You’ll Miss When I’m Gone by Rachel Lynn Solomon Book Review

Goodreads Summary

Eighteen-year-old twins Adina and Tovah have little in common besides their ambitious nature. Viola prodigy Adina yearns to become a soloist—and to convince her music teacher he wants her the way she wants him. Overachiever Tovah awaits her acceptance to Johns Hopkins, the first step on her path toward med school and a career as a surgeon.

But one thing could wreck their carefully planned futures: a genetic test for Huntington’s, a rare degenerative disease that slowly steals control of the body and mind. It’s turned their Israeli mother into a near stranger and fractured the sisters’ own bond in ways they’ll never admit. While Tovah finds comfort in their Jewish religion, Adina rebels against its rules.

When the results come in, one twin tests negative for Huntington’s. The other tests positive.

These opposite outcomes push them farther apart as they wrestle with guilt, betrayal, and the unexpected thrill of first love. How can they repair their relationship, and is it even worth saving?

Disclaimer: I received a copy of this book in exchange for a review

My Rating: 4/5 stars.

My Thoughts:

I always try to start my reviews with one specific thing about the book that particularly struck me but with You’ll Miss Me When I’m Gone there’s so many things that struck me I can’t even begin to pick just ONE. THERES JEWISH CHARACTERS AND ITS ABOUT HUNTINGTON DISEASE AND THERE’S COMPLICATED FAMILY RELATIONSHIPS AND UNLIKEABLE CHARACTERS THAT YOU STILL LOVE. If you can’t tell, I thought this book was amazing. I love books that allow me to learn about new things. Prior to reading this book, I didn’t know anything about Huntington’s disease so this book helped shed some light on the subject. Since You’ve Been Gone is a heart wrenching novel about sisters, family and religion that is sure to make you feel a multitude of emotions. One of the type of books I’ve been looking for lately is novels containing Jewish protagonists and while I’m not a practising Jew, it was still nonetheless nice to see characters that are Jewish like I am.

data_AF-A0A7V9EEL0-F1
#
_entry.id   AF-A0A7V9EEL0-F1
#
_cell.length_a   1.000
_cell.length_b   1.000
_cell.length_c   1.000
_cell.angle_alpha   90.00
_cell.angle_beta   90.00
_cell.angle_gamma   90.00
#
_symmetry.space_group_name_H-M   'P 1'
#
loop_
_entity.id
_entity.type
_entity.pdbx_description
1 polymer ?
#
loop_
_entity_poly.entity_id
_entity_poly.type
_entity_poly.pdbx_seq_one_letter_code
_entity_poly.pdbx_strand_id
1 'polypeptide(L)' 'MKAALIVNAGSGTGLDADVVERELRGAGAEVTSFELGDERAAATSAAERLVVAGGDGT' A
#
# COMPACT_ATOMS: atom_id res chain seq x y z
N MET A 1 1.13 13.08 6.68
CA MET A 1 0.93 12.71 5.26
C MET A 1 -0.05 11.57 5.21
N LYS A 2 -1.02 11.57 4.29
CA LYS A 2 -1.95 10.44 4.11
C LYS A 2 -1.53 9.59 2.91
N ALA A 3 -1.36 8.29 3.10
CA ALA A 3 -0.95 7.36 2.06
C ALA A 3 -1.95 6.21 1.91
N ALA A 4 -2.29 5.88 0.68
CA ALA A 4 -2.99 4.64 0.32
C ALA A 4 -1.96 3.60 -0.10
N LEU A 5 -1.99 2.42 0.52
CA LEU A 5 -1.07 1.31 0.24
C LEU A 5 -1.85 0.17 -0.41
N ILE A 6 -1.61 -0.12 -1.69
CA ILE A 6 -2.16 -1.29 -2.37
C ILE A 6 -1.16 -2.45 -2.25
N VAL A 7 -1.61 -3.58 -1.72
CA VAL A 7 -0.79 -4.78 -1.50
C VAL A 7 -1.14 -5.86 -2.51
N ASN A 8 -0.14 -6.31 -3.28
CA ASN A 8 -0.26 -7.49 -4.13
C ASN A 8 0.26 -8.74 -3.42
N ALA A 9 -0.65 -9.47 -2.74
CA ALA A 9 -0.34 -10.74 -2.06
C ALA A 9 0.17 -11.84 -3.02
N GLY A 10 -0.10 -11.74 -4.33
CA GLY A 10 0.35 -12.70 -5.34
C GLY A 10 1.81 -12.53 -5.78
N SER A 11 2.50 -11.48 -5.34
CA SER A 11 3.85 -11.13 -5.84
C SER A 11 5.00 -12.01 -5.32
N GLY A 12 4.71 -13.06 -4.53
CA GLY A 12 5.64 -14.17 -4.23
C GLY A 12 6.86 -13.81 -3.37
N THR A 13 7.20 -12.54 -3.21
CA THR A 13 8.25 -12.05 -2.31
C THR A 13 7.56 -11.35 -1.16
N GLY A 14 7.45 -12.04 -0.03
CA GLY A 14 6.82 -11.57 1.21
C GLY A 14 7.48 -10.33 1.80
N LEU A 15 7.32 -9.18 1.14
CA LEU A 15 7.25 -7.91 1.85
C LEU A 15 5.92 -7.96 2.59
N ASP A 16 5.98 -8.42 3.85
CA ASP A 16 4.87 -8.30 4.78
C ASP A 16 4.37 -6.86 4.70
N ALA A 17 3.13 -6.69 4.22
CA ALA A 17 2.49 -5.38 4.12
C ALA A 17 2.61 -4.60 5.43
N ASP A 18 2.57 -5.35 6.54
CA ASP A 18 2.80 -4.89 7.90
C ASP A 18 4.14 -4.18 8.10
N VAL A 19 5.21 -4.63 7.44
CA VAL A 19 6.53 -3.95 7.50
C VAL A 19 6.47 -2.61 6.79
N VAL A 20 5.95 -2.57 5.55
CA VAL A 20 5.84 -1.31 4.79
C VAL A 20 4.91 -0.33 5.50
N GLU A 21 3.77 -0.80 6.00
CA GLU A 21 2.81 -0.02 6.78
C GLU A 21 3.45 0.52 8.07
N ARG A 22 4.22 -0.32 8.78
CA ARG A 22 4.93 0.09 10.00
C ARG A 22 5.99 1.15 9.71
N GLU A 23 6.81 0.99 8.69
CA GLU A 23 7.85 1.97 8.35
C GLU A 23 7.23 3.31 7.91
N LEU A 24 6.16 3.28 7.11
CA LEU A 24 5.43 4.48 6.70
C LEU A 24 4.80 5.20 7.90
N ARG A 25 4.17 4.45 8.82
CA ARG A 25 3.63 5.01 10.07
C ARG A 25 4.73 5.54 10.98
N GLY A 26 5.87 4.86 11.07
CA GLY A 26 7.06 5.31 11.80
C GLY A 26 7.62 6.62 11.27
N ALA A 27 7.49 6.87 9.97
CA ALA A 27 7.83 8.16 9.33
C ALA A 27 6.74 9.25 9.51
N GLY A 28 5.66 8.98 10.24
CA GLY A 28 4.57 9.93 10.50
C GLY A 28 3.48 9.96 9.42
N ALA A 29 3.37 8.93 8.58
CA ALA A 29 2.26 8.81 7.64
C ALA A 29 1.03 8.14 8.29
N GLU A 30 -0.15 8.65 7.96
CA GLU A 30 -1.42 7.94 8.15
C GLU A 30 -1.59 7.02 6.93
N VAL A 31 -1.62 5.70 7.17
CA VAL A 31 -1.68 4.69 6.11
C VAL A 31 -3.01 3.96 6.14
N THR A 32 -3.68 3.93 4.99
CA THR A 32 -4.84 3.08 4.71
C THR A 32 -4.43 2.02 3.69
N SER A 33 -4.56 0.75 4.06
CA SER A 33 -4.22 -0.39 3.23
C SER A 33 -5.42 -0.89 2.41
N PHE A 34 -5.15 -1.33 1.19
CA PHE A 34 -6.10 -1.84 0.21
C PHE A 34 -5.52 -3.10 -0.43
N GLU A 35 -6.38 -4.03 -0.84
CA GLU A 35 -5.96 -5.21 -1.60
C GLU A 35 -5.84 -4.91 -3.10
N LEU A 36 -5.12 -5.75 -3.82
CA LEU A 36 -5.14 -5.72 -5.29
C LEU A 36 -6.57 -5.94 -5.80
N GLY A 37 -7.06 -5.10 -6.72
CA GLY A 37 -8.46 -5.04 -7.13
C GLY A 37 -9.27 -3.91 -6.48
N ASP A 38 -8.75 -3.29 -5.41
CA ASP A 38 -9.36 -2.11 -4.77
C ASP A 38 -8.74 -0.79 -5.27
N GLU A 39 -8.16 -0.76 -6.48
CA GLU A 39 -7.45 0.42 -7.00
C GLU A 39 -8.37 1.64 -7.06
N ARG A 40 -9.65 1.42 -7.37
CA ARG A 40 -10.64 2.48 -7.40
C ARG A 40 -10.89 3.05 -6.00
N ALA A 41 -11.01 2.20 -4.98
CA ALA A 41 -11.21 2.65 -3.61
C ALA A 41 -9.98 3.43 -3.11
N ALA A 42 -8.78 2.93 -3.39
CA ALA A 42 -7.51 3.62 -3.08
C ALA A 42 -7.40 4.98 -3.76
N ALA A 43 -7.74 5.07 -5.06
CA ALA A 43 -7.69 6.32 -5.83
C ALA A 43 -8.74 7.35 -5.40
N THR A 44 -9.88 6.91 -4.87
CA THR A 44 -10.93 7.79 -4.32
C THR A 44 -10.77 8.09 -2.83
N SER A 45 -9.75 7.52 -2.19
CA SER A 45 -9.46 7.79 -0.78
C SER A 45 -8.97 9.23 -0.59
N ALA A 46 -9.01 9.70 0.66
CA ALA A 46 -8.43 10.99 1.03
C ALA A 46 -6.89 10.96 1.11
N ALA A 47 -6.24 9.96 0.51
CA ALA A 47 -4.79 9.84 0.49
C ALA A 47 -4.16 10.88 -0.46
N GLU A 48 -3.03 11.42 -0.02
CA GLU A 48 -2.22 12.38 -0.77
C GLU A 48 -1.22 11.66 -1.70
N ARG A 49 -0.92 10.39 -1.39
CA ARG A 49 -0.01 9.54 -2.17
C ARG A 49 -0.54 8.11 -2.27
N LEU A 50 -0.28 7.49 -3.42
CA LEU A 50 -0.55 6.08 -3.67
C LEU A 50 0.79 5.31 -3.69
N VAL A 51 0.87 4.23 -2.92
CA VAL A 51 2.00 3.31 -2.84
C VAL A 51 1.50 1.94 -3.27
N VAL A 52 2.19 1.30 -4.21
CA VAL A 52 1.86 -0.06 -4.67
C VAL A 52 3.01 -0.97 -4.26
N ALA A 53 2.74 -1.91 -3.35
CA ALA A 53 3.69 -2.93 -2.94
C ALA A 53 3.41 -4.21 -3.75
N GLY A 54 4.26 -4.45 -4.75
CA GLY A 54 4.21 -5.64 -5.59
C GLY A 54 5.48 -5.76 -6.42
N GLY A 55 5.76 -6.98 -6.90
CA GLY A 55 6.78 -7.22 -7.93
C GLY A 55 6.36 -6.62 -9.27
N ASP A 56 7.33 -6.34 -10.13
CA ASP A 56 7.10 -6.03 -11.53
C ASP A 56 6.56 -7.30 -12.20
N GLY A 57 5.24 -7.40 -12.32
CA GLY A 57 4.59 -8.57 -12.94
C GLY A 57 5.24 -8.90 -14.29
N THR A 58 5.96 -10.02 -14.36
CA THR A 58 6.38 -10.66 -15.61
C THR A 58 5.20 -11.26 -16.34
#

The most interesting part of this story was definitely the relationship between Adina and Tovah who are twin sisters. Their relationship was very complex and while reading it I felt so conflicted because at times both Asian and Tovah did some horrible things to each other and even though they were so mean to each other I couldn’t help but root for them. I could definitely relate to how irrational they were being at times because my sister and I have our fair share of irrational fights. I think the best type of books are the one where you recognize that the characters are being super unreasonable while also completely getting where they’re coming from.

While I love both of the sisters, I think Adina was my favorite though I definitely related to a Tovah more. Adina was such a complex character and I like really hated her for a lot of the book but I also loved her?? Some of her anger and meanness was really misplaced but other parts made her really feel for her. Many of her feelings and thoughts had me close to tears and all in all the way her character development happened throughout the novel was so well done. I just really want to applaud the author for not only Alina’s character but all of her characters. They were all really well done, and i just loved the family dynamics not only between Adina and Tovah but also with their parents. One thing that I would have appreciated is a little bit more insight into some minor outside characters but other than the characters were definitely the highlight of the novel.

Create a free website or blog at

Up ↑